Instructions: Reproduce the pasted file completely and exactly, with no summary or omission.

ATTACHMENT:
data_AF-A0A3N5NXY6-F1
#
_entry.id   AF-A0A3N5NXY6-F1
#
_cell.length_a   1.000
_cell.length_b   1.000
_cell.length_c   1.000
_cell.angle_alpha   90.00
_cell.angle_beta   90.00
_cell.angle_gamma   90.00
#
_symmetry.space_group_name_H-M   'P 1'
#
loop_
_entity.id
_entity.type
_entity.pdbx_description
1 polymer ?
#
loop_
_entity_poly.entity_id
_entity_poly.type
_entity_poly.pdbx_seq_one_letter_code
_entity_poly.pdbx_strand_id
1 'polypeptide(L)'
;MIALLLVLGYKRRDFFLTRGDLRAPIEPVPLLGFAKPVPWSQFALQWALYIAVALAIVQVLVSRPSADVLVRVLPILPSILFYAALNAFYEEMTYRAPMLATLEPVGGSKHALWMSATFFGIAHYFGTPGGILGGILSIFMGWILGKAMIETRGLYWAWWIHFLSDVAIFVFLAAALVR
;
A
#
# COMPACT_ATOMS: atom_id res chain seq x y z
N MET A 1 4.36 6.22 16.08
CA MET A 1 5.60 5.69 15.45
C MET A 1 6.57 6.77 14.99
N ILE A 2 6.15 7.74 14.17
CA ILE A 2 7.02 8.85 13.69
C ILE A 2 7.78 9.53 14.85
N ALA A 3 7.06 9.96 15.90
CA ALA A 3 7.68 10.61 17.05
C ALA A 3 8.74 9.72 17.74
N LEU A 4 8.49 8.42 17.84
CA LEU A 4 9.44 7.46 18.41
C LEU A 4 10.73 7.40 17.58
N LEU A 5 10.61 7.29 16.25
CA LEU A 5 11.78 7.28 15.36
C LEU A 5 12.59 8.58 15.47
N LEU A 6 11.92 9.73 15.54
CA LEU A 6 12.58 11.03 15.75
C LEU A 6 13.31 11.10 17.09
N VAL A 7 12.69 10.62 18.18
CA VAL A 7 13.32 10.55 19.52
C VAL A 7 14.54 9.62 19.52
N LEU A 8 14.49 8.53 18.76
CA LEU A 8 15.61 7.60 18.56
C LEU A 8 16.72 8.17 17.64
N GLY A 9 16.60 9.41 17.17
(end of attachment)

data_AF-A0A3N5NXY6-F1
#
_entry.id   AF-A0A3N5NXY6-F1
#
_cell.length_a   1.000
_cell.length_b   1.000
_cell.length_c   1.000
_cell.angle_alpha   90.00
_cell.angle_beta   90.00
_cell.angle_gamma   90.00
#
_symmetry.space_group_name_H-M   'P 1'
#
loop_
_entity.id
_entity.type
_entity.pdbx_description
1 polymer ?
#
loop_
_entity_poly.entity_id
_entity_poly.type
_entity_poly.pdbx_seq_one_letter_code
_entity_poly.pdbx_strand_id
1 'polypeptide(L)'
;MIALLLVLGYKRRDFFLTRGDLRAPIEPVPLLGFAKPVPWSQFALQWALYIAVALAIVQVLVSRPSADVLVRVLPILPSILFYAALNAFYEEMTYRAPMLATLEPVGGSKHALWMSATFFGIAHYFGTPGGILGGILSIFMGWILGKAMIETRGLYWAWWIHFLSDVAIFVFLAAALVR
;
A
#
# COMPACT_ATOMS: atom_id res chain seq x y z
N MET A 1 4.36 6.22 16.08
CA MET A 1 5.60 5.69 15.45
C MET A 1 6.57 6.77 14.99
N ILE A 2 6.15 7.74 14.17
CA ILE A 2 7.02 8.85 13.69
C ILE A 2 7.78 9.53 14.85
N ALA A 3 7.06 9.96 15.90
CA ALA A 3 7.68 10.61 17.05
C ALA A 3 8.74 9.72 17.74
N LEU A 4 8.49 8.42 17.84
CA LEU A 4 9.44 7.46 18.41
C LEU A 4 10.73 7.40 17.58
N LEU A 5 10.61 7.29 16.25
CA LEU A 5 11.78 7.28 15.36
C LEU A 5 12.59 8.58 15.47
N LEU A 6 11.92 9.73 15.54
CA LEU A 6 12.58 11.03 15.75
C LEU A 6 13.31 11.10 17.09
N VAL A 7 12.69 10.62 18.18
CA VAL A 7 13.32 10.55 19.52
C VAL A 7 14.54 9.62 19.52
N LEU A 8 14.49 8.53 18.76
CA LEU A 8 15.61 7.60 18.56
C LEU A 8 16.72 8.17 17.64
N GLY A 9 16.60 9.41 17.17